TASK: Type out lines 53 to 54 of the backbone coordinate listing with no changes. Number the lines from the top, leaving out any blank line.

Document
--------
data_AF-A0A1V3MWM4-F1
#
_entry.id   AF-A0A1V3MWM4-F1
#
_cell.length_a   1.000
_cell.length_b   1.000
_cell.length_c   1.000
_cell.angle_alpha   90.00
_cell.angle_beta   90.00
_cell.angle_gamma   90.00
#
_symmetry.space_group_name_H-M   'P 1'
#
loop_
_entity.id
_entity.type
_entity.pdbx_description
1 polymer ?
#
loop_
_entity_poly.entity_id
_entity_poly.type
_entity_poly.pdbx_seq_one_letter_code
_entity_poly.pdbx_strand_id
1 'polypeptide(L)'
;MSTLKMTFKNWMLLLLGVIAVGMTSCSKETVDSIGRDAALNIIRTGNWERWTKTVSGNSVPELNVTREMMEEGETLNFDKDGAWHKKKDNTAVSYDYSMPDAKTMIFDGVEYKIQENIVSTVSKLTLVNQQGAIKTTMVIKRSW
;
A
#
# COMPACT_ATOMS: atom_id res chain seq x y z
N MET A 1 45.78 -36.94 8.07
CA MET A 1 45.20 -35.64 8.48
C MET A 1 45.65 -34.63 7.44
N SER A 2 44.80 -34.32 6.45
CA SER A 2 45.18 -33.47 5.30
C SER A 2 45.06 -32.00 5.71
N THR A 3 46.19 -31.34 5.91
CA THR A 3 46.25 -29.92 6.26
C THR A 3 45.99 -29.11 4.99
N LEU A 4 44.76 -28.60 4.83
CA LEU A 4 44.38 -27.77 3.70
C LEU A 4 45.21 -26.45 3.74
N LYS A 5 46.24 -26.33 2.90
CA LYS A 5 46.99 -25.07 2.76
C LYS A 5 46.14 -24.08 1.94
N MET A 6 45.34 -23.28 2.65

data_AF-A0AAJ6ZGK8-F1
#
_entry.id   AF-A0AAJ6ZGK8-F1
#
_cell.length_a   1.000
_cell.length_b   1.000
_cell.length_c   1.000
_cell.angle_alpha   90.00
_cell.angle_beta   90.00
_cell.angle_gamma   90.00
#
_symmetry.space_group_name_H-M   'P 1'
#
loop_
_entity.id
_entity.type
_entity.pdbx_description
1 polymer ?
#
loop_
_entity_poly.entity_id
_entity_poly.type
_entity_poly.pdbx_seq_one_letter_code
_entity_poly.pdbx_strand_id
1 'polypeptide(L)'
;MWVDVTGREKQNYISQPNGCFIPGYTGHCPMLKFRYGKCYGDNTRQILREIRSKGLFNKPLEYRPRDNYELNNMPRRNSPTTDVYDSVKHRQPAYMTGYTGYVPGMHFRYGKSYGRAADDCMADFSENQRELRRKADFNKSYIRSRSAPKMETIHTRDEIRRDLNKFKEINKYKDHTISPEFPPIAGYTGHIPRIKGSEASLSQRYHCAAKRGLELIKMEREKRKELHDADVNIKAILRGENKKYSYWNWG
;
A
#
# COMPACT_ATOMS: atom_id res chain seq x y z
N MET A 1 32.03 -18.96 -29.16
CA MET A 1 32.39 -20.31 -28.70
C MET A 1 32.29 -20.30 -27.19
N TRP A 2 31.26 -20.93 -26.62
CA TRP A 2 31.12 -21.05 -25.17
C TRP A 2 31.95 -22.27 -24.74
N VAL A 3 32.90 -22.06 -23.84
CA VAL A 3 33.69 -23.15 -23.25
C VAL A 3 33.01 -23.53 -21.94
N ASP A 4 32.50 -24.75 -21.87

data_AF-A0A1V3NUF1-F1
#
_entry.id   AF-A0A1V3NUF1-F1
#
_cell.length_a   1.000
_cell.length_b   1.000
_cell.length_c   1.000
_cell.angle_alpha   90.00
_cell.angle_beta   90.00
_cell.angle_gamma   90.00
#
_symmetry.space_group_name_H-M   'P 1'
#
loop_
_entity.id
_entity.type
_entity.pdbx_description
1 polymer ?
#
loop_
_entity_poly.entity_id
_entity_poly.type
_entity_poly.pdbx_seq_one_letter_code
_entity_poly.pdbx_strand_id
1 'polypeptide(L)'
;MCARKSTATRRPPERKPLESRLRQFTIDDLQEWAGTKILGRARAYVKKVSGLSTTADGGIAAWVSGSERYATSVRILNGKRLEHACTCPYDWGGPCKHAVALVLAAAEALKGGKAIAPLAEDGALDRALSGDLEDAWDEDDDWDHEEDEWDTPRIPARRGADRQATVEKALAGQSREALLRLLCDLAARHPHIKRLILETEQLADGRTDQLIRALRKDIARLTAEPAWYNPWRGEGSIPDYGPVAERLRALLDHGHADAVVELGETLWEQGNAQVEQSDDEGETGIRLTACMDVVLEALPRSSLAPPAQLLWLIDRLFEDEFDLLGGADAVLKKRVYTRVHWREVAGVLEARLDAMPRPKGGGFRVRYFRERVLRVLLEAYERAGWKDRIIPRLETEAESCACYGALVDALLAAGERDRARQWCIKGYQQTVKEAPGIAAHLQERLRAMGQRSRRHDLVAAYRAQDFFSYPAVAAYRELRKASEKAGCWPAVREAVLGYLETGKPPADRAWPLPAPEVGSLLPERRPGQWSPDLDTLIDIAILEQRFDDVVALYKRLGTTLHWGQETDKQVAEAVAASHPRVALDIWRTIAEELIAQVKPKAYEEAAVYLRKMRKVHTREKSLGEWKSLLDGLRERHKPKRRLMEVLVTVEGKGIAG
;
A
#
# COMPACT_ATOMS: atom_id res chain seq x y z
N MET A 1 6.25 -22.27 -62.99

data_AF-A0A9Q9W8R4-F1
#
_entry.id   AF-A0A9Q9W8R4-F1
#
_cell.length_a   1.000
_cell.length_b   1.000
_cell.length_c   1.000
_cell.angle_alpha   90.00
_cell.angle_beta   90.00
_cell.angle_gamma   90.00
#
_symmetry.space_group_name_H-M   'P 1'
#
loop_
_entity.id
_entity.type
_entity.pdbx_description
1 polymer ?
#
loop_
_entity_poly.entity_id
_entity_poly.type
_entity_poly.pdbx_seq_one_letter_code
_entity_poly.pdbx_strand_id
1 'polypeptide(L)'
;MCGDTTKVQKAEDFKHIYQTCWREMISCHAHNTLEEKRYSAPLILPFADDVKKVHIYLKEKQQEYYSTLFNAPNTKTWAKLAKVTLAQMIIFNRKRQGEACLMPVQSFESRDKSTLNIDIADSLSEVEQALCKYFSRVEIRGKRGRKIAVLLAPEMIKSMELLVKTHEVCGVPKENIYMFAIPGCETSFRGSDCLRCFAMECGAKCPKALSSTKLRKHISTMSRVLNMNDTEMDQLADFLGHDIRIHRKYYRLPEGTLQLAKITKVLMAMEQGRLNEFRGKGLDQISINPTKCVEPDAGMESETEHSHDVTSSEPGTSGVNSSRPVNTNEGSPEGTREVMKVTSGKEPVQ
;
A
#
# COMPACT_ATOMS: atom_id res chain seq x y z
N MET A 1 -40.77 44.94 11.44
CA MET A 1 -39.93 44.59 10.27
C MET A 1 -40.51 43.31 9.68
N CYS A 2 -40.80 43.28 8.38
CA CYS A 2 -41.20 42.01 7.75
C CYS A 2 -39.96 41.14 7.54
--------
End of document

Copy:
_cell.length_c   1.000
_cell.angle_alpha   90.00